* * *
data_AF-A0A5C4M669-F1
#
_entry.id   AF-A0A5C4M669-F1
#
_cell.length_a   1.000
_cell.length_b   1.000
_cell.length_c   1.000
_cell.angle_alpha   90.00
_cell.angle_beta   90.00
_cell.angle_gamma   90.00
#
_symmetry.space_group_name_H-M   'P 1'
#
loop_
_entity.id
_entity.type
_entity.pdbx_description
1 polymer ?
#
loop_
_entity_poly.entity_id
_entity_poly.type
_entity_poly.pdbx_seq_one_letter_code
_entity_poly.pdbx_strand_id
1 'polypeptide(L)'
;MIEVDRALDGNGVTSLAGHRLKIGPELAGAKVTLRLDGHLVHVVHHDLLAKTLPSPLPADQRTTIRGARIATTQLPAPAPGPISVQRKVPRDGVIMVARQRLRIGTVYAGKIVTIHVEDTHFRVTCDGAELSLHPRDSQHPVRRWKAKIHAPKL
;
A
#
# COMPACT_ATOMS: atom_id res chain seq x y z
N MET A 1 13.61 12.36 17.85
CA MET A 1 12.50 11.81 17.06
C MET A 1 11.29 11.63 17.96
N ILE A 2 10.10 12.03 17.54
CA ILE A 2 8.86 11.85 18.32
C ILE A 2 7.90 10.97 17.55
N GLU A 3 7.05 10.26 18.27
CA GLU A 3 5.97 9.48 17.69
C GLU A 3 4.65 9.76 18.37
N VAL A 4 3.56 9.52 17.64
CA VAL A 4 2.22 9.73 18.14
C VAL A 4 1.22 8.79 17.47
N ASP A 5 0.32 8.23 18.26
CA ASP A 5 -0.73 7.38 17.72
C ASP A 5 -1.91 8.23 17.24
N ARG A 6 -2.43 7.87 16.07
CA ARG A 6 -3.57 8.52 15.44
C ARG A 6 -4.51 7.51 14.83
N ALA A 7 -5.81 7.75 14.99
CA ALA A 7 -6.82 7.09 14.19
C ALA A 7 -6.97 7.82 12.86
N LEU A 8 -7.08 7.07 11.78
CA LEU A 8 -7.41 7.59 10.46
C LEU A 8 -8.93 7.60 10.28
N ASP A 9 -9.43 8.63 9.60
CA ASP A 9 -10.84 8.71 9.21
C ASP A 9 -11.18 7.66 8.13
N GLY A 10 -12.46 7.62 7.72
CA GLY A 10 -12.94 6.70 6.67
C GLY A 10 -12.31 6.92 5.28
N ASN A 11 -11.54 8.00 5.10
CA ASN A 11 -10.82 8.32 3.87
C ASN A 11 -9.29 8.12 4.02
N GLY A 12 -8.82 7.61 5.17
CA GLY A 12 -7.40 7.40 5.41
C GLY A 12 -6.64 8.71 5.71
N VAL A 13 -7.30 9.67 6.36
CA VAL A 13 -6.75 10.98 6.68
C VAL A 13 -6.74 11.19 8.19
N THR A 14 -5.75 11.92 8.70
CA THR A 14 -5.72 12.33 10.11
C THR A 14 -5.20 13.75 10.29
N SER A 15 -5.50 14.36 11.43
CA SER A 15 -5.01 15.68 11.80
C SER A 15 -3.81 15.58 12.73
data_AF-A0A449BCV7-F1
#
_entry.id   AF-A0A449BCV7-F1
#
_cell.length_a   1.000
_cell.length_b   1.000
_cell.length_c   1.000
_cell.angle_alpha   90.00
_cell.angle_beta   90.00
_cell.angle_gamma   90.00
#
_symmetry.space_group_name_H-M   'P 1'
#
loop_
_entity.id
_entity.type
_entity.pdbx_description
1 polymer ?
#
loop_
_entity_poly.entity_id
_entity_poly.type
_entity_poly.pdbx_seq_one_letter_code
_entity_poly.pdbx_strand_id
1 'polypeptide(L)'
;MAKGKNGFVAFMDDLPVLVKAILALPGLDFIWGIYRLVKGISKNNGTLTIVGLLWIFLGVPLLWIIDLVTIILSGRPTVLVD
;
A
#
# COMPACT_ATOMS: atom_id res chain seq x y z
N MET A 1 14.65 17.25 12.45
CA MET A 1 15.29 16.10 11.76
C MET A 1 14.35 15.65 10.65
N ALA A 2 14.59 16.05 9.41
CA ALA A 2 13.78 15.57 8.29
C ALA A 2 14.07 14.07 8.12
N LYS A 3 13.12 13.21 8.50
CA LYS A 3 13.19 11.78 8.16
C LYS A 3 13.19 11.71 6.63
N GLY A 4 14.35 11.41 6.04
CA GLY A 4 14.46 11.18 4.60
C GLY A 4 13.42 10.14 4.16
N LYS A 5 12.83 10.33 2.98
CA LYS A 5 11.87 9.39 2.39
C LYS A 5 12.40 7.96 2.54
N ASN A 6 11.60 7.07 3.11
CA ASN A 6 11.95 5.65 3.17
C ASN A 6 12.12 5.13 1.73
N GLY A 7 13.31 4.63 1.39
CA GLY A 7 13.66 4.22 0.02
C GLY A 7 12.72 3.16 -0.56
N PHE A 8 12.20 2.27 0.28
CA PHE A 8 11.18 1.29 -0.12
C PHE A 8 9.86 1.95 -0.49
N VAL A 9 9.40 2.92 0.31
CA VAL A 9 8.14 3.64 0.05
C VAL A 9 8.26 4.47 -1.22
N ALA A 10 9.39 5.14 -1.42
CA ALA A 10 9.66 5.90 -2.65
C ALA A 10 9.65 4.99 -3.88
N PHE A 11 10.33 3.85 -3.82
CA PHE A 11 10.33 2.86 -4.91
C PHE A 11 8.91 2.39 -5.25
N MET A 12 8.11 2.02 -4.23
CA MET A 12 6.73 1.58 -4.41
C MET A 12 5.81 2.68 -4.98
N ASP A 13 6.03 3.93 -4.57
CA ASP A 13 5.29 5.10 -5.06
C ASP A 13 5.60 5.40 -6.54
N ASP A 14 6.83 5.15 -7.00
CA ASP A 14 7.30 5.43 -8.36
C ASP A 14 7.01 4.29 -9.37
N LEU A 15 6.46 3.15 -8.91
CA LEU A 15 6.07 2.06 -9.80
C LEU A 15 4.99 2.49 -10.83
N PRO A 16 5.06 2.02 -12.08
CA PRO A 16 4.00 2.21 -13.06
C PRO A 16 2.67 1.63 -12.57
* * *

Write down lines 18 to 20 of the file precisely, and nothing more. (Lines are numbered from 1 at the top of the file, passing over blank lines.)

1 polymer ?
#
loop_